Hard times happen, and it can be difficult to ask for help when you run into financial trouble. Life situations like unexpected medical expenses, a divorce, or losing a job may be one of any reasons you might be struggling to keep up with bills – including your mortgage.
A HUD certified Housing Counselor can play an important role if you have fallen behind on your mortgage payments and may be facing foreclosure. A Housing Counselor will help you assess your financial situation and offer specific suggestions on what you should do, free of charge.
A Housing Counselor can:
Options to Stay In Your Home
If you are having trouble making your mortgage payments, there may be options available based on your financial situation and the type of mortgage insurance you have.
If you are a MaineHousing borrower and cannot make payments because you have lost your job, you may qualify for Maine HOPE, the HomeOwnership Protection for unEmployment plan. This program may be available to assist you by making four of your MaineHousing mortgage payments, including taxes and homeowners insurance. The amount paid becomes a junior mortgage lien, with no interest. The lien is repaid when you pay off your MaineHousing mortgage or stop using the home as your primary residence. This option is available for MaineHousing borrowers only.
MaineHousing Home Affordable Modification Program (HAMP)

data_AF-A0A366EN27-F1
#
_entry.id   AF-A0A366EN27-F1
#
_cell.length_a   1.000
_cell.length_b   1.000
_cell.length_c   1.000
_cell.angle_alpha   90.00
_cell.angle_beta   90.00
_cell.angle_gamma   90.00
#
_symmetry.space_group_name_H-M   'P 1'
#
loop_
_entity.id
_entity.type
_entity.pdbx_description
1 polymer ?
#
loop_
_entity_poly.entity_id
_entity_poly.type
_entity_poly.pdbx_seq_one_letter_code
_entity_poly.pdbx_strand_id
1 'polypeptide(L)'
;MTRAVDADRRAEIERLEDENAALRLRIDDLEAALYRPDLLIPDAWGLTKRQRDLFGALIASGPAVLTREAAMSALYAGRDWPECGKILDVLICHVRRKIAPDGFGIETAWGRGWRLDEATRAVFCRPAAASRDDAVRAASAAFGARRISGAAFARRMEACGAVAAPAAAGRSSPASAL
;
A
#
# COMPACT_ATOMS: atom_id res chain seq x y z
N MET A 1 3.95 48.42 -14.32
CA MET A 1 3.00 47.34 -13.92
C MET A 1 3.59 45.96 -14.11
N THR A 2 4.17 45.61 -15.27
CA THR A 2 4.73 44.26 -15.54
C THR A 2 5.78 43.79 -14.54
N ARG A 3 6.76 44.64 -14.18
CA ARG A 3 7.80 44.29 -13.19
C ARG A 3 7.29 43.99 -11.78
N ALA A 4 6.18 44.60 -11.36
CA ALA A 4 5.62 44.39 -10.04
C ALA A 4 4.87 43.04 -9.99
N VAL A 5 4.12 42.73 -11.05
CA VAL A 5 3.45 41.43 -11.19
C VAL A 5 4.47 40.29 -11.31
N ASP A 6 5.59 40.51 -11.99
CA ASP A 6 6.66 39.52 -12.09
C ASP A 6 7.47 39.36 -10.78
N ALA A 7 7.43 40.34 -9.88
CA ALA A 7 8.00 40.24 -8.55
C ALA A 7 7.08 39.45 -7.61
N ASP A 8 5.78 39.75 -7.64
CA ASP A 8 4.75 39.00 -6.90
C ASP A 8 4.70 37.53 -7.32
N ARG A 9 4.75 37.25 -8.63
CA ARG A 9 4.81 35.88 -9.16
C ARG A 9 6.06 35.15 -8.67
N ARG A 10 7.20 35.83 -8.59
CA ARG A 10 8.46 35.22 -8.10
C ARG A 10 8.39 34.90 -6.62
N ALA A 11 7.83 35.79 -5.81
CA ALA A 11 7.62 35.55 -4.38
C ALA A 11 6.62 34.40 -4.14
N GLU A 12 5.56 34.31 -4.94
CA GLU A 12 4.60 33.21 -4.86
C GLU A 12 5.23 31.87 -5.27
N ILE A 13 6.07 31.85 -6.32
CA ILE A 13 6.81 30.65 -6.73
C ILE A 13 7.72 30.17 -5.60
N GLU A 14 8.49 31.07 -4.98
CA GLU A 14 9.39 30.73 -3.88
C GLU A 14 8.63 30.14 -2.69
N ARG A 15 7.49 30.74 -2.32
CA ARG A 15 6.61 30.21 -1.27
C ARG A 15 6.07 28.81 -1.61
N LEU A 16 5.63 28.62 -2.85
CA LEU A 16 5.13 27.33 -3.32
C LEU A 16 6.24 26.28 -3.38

If you are a MaineHousing borrower and are currently delinquent on your mortgage loan payment or at risk of foreclosure, you may be eligible for MaineHousing's Home Affordable Modification Program (HAMP). This program reduces the outstanding loan balance of your existing mortgage loan thereby lowering your monthly mortgage payments to an affordable payment. The amount of the loan reduction becomes a junior mortgage lien, with no interest and no monthly payments due. The lien is repaid when you pay off your MaineHousing First Home loan mortgage or stop using your home as a primary residence. This option is available for MaineHousing borrowers only.
If you are behind on your regular monthly mortgage payment and think you’ll soon be able to make regular monthly payments again, you may be eligible for a payment plan. Your loan servicer or lender can discuss what plans may be available based on the number of months that you are behind on your mortgage.
A special forbearance is a written agreement to lower or stop your payment for a period of time. It works best if you expect a bonus, settlement, or tax refund that you will use to bring your loan up to date in one lump sum. This option is subject to investor and mortgage insurer guidelines.
A loan modification is a written agreement that adjusts your loan by adding the past due amount to your loan balance and adjusting the rest of the payments to reflect the new loan amount. This option is used for loans more than three payments past due, and requires the value of your house to be greater than the loan amount.
Options to Gracefully Exit Your Home